Part 3: The History of Toyota; About the Toyota SupraThe History of Toyota
The Toyota Motor Corporation is a Japanese automobile maker, currently the world's largest auto manufacturer by production, and the ninth largest company in the world by revenue. The company was founded by Kiichiro Toyoda in 1937 as a spinoff from his father's company Toyota Industries, a machine manufacturer, to create automobiles. The name "Toyota" differs from the "Toyoda" family name because in Japanese the new name sounded better and its eight-stroke count was associated with wealth and good fortune. In 1989 the current logo for Toyota was put in use, as up to that point there were inconsistencies with regards to marketing.
From September 1947, Toyota's small-sized vehicles were sold under the name "Toyopet", especially light trucks. However, when Toyota eventually entered the American market in 1957 with the Toyopet Crown, the name was not well received due to connotations of toys and pets. The name was soon dropped for the American market but continued in other markets until the mid 1960s. By the early sixties, the US had begun placing stiff import tariffs on certain vehicles, including imported light trucks. In response to the tariff, Toyota, Nissan Motor Co. and Honda Motor Co. began building plants in the US by the early eighties to avoid paying the import tax. Not all worked out well for Toyota though, as in 2001 a merger between Toyota and two other Japanese banks was accused of corruption by the Japanese government, lost a whole lot of money, and was forced to merge with the Bank of Tokyo-Mitsubishi as a result of Japan's banking crisis.
By the end of the 1980s, Toyota had begun to establish new brands, including the Lexus in 1989. The best-selling hybrid Prius was produced in 1999 and sold worldwide in 2001. This trend for more economic cars still holds for Toyota's success, as the Corolla remains a top-seller and very popular so long as gasoline prices remain high. Of course, Toyota's reputation would be doing much better in the eyes of the public if it didn't keep having to do mass recalls, like the one that took place between 2009 and 2011, where the accelerator pedal could become stuck under the floor mat.
About the Toyota Supra
The Supra is a sports car that, like many other sports cars, was derived from a predecessor's body. The Supra's "mother" was the Celica, but it was longer and wider. Despite developing its own model in 1986, the Supra and Celica still get mixed up namewise. Despite its iconic look and prominent feature in numerous video games, movies, and TV shows, Toyota ceased US sales of the Supra in 1998 and stop producing them in Japan in 2002. Its emissions simply could not match the standards set up by the Japanese government.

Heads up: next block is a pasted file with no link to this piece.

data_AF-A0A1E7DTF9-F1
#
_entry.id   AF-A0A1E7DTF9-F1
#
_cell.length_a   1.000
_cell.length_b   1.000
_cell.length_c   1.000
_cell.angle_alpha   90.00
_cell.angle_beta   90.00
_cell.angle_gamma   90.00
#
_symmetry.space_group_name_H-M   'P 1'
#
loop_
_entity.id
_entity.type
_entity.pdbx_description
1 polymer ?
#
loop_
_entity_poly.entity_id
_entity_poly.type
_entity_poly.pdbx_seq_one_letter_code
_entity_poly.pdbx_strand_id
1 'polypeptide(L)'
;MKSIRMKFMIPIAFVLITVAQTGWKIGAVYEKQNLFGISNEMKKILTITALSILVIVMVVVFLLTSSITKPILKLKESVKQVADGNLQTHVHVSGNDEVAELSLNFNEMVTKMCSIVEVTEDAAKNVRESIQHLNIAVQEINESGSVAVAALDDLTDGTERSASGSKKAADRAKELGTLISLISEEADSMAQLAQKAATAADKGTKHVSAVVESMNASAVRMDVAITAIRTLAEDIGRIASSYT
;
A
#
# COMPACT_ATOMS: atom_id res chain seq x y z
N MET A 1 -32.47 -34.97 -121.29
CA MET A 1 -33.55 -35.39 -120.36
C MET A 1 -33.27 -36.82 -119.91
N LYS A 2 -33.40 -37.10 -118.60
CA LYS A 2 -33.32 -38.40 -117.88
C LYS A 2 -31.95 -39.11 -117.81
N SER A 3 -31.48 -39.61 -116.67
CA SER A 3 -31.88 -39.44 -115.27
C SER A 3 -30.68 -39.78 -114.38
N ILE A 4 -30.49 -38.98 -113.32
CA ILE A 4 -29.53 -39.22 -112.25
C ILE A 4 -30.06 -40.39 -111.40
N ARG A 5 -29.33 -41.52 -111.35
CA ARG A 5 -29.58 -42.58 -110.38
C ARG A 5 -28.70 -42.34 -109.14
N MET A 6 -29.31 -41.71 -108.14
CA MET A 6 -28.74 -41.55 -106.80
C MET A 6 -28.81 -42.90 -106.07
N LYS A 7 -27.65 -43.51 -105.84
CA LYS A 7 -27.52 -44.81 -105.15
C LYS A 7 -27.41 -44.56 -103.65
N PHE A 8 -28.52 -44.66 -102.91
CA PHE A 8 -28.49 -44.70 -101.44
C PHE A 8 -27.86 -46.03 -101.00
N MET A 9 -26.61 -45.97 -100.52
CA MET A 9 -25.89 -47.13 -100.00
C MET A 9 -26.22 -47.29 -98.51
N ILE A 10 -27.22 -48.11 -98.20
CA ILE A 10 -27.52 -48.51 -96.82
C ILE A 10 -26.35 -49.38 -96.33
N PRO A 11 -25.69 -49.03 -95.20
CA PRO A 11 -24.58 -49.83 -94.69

The Supra had four "Marks", and the Mark IV is the car featured in Most Wanted. The model sold in the US and Europe had an upgraded turbo engine that could reach 320 hp at 5600 rpm, and achieve 0-60 mph in as low as 4.9 seconds. The stock turbo version could reach over 177 mph! But it's not all about the speed: the Supra's racing popularity can also be attributed to its chassis and weight. Its brakes are no mean thing, either: it held the best braking performance record (70-0 mph) at a distance of 149 ft for seven years until it was dethroned by the Porsche Carrera GT, which did it in 145 ft. No wonder the Supra was so popular for racing!
Despite the Supra's halted production, a new Mark V Supra could possibly be released in 2014 or 2015, depending on how the GT86/FR-S sells.
Triple A Says...
You see them in pretty much every form of racing there is. You see them in drifting, drag racing and in time attack. The 2JZ engine alone is known for handling quite a lot of power with the stock internals and if that is not enough, you have tremendous aftermarket support for even crazier builds. The chassis is well-designed and versatile. It even comes with an active spoiler that deploys at 90 KPH.
Pity that the ones you can buy tend to be either riced to shit, absurdly overpriced and/or most likely treated very badly by the previous owner. Seriously, the cheapest Mark IV (the Supra model that appears in Most Wanted) goes at about 6400 around here and it looks pretty neglected.